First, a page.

6. After wishing to change my last name to my mother’s maiden name for years, I took the plunge recently and I am waiting for my court date this month, $500 lighter in pocket. That’s just the start of it: change of SS#, driver’s license, credit cards, credit reporting, passport etcetc. Yes the State makes it much harder to change one’s name and to some extent, one’s identity, but it isn’t merely that, it’s the entire layered reporting of one’s economic viability that truly cocks things up. 
    One could just begin working with a new name but at some point your factual name and purposeful name will conflict, at least in America.

  7. In the Britain I am acquainted with a boy was given two names, generally the first was, as my aunt insisted, either a saint from the Anglican calendar or a Scottish king. The second could be from the same selection as the first or the surname of someone the parents had chosen to honour. Girls were given two or three names, either saints or characters from English literature.  They used their father’s surname unless their mother had married down. Then they might hyphenate with the mother’s surname first.
    Your mates of course would call you something that commemorated a humiliation.

  8. I’d just like to give a shout-out to the recently deceased Franz Joseph Otto Robert Maria Anton Karl Max Heinrich Sixtus Xavier Felix Renatus Ludwig Gaetan Pius Ignatius von Habsburg.

  9. I did this back in the 90’s, for mostly similar reasons. I’d been writing under a nom-de-plume for some time, and enjoyed using it when making friends too. Eventually I realized that more people knew me by my assumed name than my real one; finally one day, a friend asked me “why are you signing that check with a fake name?”. A few weeks later, I was filling out the paperwork for the deed poll.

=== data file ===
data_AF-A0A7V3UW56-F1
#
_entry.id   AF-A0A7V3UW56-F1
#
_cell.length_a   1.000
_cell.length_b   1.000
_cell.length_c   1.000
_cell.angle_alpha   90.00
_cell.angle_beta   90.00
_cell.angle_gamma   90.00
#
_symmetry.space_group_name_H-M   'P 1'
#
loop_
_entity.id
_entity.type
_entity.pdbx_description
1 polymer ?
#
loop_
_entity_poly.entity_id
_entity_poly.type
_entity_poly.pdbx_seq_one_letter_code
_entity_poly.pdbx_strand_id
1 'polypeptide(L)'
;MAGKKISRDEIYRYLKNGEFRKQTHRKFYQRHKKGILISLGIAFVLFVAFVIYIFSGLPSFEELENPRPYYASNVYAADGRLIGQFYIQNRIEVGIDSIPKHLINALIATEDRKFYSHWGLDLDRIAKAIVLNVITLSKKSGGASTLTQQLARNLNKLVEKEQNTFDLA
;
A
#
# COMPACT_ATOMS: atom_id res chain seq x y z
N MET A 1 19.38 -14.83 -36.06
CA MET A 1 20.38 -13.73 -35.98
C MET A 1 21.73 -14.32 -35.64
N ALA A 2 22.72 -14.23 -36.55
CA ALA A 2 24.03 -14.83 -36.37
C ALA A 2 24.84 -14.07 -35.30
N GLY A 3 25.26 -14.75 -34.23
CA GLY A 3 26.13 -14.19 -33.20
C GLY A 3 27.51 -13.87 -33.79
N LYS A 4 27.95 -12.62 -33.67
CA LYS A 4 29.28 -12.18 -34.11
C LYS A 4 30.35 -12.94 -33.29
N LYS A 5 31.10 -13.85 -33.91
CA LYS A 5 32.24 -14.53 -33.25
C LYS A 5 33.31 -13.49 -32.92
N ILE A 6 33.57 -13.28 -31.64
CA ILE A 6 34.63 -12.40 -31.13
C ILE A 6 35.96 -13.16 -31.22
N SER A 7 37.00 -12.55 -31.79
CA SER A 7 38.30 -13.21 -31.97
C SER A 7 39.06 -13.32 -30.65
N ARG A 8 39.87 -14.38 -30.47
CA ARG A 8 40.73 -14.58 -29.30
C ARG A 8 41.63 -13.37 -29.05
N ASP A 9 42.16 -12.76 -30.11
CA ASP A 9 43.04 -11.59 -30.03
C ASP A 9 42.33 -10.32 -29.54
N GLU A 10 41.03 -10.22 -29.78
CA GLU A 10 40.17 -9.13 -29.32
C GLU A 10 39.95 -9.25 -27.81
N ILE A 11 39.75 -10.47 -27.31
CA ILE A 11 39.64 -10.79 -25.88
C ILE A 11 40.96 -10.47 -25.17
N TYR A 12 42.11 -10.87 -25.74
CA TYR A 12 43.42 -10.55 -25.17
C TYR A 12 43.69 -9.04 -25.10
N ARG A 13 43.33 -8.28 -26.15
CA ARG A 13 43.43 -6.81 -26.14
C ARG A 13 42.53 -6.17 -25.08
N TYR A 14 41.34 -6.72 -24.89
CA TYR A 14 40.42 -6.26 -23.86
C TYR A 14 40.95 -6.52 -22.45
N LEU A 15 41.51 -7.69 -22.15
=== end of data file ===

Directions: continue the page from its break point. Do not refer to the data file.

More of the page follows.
10. My legal name is so common, so dull, so boring….that I was on the No-Fly List for a long time, ‘cuz some would-be terrorist-putz in Canada in the 1970s adopted the name before he tried to hijack a plane. 

    In my online “life” I’ve used an earlier version of the one you see above. Now Google wants me to use my “real” name? How oppressive! 

    To paraphrase the racist George Wallace, “Self-definiton today, self-definition tomorrow, whacky concocted self-defining monickers for evuh!”

  11. However, 300 people opted for the solid but less glamorous John Smith, which indicates that people change their names for reasons other than just fun.

    I suspect that an excess of fun is what drove those people to choose such a difficult-to-google name.

  12. In this day and age, where you are free to choose your online identity, there are a LOT of people who spend very little time using their given name, and much more time using whatever name they choose.  One’s parents would never think to name them “mister eyeball.”  But once they get online, the person will CHOOSE the name “mister eyeball.”  After years of thinking of oneself as “mister eyeball”, it only makes sense that one would make it official.  Right?

    Maybe the upswing in name changes has something (in part) to do with the choose-your-own-identity internet age.

  13. I read my great-grandfather’s obituary when I was younger and it freaked me out.  I was given his names..  so the obit is from like 1924, in hard German, describing how he died, talking about his infant sons (who were old men by then)…  and I got his looks..  it’s eerie.

  14. My Great Grandpa’s middle name was Ephriam!  I’ve always loved the sound of it.  Solomon Ephriam Waggoner … a name to be proud of.

    When I joined the US Air Force they made me use “Jr” although I had always used “III” (the Third) all my young life.  Seems both my Dad and I were “Junior” … his Dad had died early and my Dad had never used Junior.  I had to add the “III” as an alias. 

    We named our first son “IV” (the Fourth) to get the numbering scheme back in sync.  He’s actually proud of the suffix but, alas, he has no sons so the lineage will fade with him.

  15.  Once upon a time, your name was the spoken sounds made when someone addressed you.  Then writing was invented, and up until the 20th century, the spelling of your name didn’t matter so much (as anyone who has research their genealogy could tell you).  The sounds were the primary, the written form was just an attempt to record those sounds.  But sometime in the 20th century, most likely due to governments wanting to keep closer track of people, the spoken form and the written form switched primacy.  Now the written form of your name *is* your name — at least as far as corporations and governments are concerned — and how you pronounce it is secondary.